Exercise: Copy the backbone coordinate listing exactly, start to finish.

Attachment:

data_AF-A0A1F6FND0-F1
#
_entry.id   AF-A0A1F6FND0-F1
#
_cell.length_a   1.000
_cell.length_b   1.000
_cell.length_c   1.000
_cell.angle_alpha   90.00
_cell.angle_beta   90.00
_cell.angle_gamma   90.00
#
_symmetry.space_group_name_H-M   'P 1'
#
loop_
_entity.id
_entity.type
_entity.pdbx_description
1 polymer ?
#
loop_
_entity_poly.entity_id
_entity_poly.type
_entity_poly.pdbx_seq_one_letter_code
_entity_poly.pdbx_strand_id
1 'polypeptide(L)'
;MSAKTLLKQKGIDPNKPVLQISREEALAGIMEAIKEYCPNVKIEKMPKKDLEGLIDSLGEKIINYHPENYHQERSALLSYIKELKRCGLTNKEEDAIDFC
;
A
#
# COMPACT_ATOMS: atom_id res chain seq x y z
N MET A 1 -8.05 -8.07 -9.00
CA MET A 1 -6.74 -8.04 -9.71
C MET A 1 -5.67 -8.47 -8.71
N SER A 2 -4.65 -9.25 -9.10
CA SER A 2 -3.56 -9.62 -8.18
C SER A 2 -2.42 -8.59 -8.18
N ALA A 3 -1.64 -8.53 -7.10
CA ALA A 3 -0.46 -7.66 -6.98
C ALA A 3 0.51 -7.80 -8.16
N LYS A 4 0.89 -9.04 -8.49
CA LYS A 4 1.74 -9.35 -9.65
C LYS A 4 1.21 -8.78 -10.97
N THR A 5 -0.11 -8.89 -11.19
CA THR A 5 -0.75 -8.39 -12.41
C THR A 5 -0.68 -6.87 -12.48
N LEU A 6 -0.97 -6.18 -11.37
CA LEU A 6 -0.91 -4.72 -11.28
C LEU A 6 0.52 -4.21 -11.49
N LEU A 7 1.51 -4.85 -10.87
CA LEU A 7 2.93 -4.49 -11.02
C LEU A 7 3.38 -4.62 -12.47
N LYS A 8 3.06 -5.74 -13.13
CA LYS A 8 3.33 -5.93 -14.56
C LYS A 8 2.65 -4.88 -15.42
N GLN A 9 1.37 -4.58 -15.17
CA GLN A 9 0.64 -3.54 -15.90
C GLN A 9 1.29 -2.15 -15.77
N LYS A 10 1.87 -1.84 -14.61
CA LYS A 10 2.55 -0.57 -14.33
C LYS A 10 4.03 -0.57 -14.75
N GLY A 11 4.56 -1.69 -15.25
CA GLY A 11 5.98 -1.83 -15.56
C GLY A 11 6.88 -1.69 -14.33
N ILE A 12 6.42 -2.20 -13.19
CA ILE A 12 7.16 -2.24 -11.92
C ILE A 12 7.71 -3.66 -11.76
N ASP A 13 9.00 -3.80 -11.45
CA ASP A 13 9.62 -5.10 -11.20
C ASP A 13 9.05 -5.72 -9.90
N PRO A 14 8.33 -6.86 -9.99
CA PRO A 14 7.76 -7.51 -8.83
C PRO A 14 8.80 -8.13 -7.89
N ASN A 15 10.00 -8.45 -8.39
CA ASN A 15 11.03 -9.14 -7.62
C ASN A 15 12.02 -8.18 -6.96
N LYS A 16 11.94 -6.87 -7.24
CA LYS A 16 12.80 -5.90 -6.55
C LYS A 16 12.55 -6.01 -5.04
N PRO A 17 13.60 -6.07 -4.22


data_AF-A0A1F6FND0-F1
#
_entry.id   AF-A0A1F6FND0-F1
#
_cell.length_a   1.000
_cell.length_b   1.000
_cell.length_c   1.000
_cell.angle_alpha   90.00
_cell.angle_beta   90.00
_cell.angle_gamma   90.00
#
_symmetry.space_group_name_H-M   'P 1'
#
loop_
_entity.id
_entity.type
_entity.pdbx_description
1 polymer ?
#
loop_
_entity_poly.entity_id
_entity_poly.type
_entity_poly.pdbx_seq_one_letter_code
_entity_poly.pdbx_strand_id
1 'polypeptide(L)'
;MSAKTLLKQKGIDPNKPVLQISREEALAGIMEAIKEYCPNVKIEKMPKKDLEGLIDSLGEKIINYHPENYHQERSALLSYIKELKRCGLTNKEEDAIDFC
;
A
#
# COMPACT_ATOMS: atom_id res chain seq x y z
N MET A 1 -8.05 -8.07 -9.00
CA MET A 1 -6.74 -8.04 -9.71
C MET A 1 -5.67 -8.47 -8.71
N SER A 2 -4.65 -9.25 -9.10
CA SER A 2 -3.56 -9.62 -8.18
C SER A 2 -2.42 -8.59 -8.18
N ALA A 3 -1.64 -8.53 -7.10
CA ALA A 3 -0.46 -7.66 -6.98
C ALA A 3 0.51 -7.80 -8.16
N LYS A 4 0.89 -9.04 -8.49
CA LYS A 4 1.74 -9.35 -9.65
C LYS A 4 1.21 -8.78 -10.97
N THR A 5 -0.11 -8.89 -11.19
CA THR A 5 -0.75 -8.39 -12.41
C THR A 5 -0.68 -6.87 -12.48
N LEU A 6 -0.97 -6.18 -11.37
CA LEU A 6 -0.91 -4.72 -11.28
C LEU A 6 0.52 -4.21 -11.49
N LEU A 7 1.51 -4.85 -10.87
CA LEU A 7 2.93 -4.49 -11.02
C LEU A 7 3.38 -4.62 -12.47
N LYS A 8 3.06 -5.74 -13.13
CA LYS A 8 3.33 -5.93 -14.56
C LYS A 8 2.65 -4.88 -15.42
N GLN A 9 1.37 -4.58 -15.17
CA GLN A 9 0.64 -3.54 -15.90
C GLN A 9 1.29 -2.15 -15.77
N LYS A 10 1.87 -1.84 -14.61
CA LYS A 10 2.55 -0.57 -14.33
C LYS A 10 4.03 -0.57 -14.75
N GLY A 11 4.56 -1.69 -15.25
CA GLY A 11 5.98 -1.83 -15.56
C GLY A 11 6.88 -1.69 -14.33
N ILE A 12 6.42 -2.20 -13.19
CA ILE A 12 7.16 -2.24 -11.92
C ILE A 12 7.71 -3.66 -11.76
N ASP A 13 9.00 -3.80 -11.45
CA ASP A 13 9.62 -5.10 -11.20
C ASP A 13 9.05 -5.72 -9.90
N PRO A 14 8.33 -6.86 -9.99
CA PRO A 14 7.76 -7.51 -8.83
C PRO A 14 8.80 -8.13 -7.89
N ASN A 15 10.00 -8.45 -8.39
CA ASN A 15 11.03 -9.14 -7.62
C ASN A 15 12.02 -8.18 -6.96
N LYS A 16 11.94 -6.87 -7.24
CA LYS A 16 12.80 -5.90 -6.55
C LYS A 16 12.55 -6.01 -5.04
N PRO A 17 13.60 -6.07 -4.22